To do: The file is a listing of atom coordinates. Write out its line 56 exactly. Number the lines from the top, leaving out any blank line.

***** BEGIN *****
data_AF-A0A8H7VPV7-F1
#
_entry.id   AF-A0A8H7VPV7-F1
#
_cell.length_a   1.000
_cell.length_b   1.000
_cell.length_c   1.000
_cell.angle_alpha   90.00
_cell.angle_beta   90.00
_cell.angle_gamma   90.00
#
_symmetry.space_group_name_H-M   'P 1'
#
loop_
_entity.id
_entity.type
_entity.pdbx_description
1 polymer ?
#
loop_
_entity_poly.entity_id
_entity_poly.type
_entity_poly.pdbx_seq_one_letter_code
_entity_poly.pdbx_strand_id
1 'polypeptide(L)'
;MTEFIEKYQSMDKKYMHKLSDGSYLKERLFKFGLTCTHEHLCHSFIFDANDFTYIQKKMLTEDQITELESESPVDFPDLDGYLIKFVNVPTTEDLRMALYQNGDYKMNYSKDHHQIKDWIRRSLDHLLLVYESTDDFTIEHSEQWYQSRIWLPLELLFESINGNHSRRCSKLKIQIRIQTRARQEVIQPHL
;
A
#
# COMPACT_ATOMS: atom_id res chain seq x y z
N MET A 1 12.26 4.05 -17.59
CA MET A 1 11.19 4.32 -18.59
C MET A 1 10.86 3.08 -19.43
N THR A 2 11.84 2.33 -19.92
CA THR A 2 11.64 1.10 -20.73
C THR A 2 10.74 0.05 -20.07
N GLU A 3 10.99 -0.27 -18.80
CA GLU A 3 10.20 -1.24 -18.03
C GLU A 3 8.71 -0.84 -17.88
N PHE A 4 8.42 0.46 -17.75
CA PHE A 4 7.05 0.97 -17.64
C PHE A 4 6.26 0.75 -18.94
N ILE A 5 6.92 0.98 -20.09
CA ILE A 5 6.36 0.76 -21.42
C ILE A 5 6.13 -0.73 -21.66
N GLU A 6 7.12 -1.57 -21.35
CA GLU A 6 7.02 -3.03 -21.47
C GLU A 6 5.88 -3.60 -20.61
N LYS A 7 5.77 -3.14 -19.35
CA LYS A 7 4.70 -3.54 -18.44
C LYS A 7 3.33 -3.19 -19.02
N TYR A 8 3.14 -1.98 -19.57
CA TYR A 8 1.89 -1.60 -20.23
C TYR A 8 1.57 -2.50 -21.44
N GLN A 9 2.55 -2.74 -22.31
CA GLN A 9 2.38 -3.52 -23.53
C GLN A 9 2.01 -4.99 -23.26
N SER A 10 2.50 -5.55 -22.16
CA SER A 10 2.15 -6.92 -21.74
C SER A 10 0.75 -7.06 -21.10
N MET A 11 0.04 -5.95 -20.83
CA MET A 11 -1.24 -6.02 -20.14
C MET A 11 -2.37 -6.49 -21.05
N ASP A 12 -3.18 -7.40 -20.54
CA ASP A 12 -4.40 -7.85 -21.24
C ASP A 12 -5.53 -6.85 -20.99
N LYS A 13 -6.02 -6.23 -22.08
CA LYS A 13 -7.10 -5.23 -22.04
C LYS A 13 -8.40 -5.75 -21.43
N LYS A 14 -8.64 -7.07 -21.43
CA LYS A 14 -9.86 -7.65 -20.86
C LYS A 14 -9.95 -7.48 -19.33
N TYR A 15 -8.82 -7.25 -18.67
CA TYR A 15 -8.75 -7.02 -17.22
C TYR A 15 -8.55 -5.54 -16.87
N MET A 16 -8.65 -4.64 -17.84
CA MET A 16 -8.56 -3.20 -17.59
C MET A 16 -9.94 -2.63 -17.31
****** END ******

CA GLN A 9 2.38 -3.52 -23.53